“It would have been nice to have everything in place for electronic lab reporting that could accommodate the amount of lab reports we received, and also to be able to have staff and be ready to accommodate the number of new reporters we’ve seen, ”said Sokol. “Nobody is prepared for that.”

Louisiana has spent more time and resources making sure the non-electronic test results get through the department as soon as possible. However, this required employees to spend extra hours in the office trying to find new and better ways to ensure that the data they had in front of them was as current as possible.

“When you look at the amount of data we have to process … it’s like building an airplane while it’s flying,” Mendoza said.

Confusion mounts

As Louisiana health officials looked for better ways to control the spread of Delta and the bluntly increasing number of cases, federal health officials were only just beginning to understand the threat posed by the variant.

Studies in Israel and the United Kingdom showed that Delta was much more transmissible than previous versions of the virus and greatly increased hospitalization rates in undervaccinated communities. but At the time, the Biden government health officials were still suspicious of the accuracy of these reports. They wanted to study Delta domestically.

CDC officials called the Louisiana Health Department over the summer to inquire about rising case numbers. To Louisiana health experts, it appeared that the federal government did not understand the danger Delta posed. There were no reliable national statistics showing how quickly delta was expanding and where it was prevalent. And the CDC was still trying to understand how easily the variant infected people, including those who were fully vaccinated.

That left Louisiana and other states in the dark, seeking answers from the federal government on whether to consider recommending mask mandates and closing or restricting certain types of businesses.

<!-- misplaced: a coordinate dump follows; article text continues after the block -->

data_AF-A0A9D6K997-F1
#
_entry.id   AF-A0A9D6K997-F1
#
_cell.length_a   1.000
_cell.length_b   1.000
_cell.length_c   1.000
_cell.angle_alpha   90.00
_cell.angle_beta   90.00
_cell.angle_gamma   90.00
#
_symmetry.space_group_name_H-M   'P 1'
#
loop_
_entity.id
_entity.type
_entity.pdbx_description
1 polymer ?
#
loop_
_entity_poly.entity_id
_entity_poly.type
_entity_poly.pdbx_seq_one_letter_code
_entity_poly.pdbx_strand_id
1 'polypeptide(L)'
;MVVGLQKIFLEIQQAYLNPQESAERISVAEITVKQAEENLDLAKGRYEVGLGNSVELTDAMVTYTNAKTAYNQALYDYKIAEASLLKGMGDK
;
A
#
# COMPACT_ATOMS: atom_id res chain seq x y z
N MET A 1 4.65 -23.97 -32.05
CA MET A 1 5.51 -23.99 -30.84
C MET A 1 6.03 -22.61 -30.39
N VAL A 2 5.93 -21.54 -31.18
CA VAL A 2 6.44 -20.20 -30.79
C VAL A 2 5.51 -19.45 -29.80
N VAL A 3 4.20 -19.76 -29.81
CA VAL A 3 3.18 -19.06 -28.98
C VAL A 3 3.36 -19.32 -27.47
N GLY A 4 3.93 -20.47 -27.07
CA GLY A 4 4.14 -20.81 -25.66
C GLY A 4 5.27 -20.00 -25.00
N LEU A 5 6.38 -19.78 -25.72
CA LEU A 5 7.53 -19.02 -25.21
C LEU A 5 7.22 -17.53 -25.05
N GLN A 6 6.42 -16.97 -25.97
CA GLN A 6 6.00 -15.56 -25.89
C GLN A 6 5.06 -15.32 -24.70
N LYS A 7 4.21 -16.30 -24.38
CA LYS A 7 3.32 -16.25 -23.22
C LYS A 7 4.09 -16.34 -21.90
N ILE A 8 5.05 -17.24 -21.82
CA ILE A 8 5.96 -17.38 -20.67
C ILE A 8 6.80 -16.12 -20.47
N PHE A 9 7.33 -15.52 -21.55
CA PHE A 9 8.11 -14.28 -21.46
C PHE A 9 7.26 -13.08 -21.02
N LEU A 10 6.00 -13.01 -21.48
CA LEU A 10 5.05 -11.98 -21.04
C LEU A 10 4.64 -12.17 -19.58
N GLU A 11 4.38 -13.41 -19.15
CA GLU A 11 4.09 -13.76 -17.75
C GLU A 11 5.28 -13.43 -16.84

By mid-July, summer camps and large indoor gatherings had boosted the cases in Louisiana, Sokol said. Contact tracing and case investigations couldn’t keep up. And hospitals in New Orleans, Baton Rouge, and Lafayette were overwhelmed by the constant influx of patients.

“Everyone was just trying to find out,” said a senior Biden health official. “We had never seen anything like Delta and had to pull up a lot of different data streams to prepare for further surges.”

But the CDC’s infectious disease reporting network was untidy – disjointed and cumbersome. The agency regularly relies on state health officials to provide data on disease outbreaks, including Covid-19. But the state health departments don’t have the resources or data systems to do it on a regular basis Submit CDC quality and current case and outbreak data.

And not every health department has access to the vaccination cards of their federal state. Others cannot match vaccination registries with hospital stay data, which limits the CDC’s ability to understand the full extent of Delta’s impact on vaccinated and unvaccinated individuals.

In July, the CDC asked states to submit reports from hospitals on the number of Covid cases they treated. It has also started a study with Louisiana and other states to investigate all breakthrough infections, not just the infections that led to hospitalization. The results are still pending.

The rise

As July stretched into August, hospitalizations in Louisiana rose again. It was clear to doctors and state health officials that the Delta variant was easier to transmit than previous strains. Hospitals began to see younger people seeking care – a change from earlier waves when older people with other health problems that made them more susceptible to the virus needed the most urgent attention.

“There was an eye test when you got Covid. If you look at a patient who has diabetes and obesity and has these risk factors, you are not going to do well,” said Tonya Jagneaux, an intensive care doctor at Our Lady of the Lake Regional Medical Center in Baton Rouge during an interview in July. “We can’t say that now. I can’t look at the person and say that they are going to die or do badly because Delta is there. And Delta is not only contagious but also more aggressive. And it’s about people who would never see themselves as potential victims of the disease. “

Without rigorous contact tracing, it was impossible to locate clusters of transmission and know exactly what made people more susceptible to serious illness beyond their vaccination status.

Communication between the federal government and the states had also decreased, according to interviews with dozens of state health authorities. The Biden government’s regular briefings with governors’ offices became less frequent, and health officials said they were having a hard time reaching out to high-ranking CDC officials, many of whom were busy starting or running their own national Delta studies analyze. Several state health officials said they only learned of the CDC’s deliberations on the variant through the press or White House press conferences.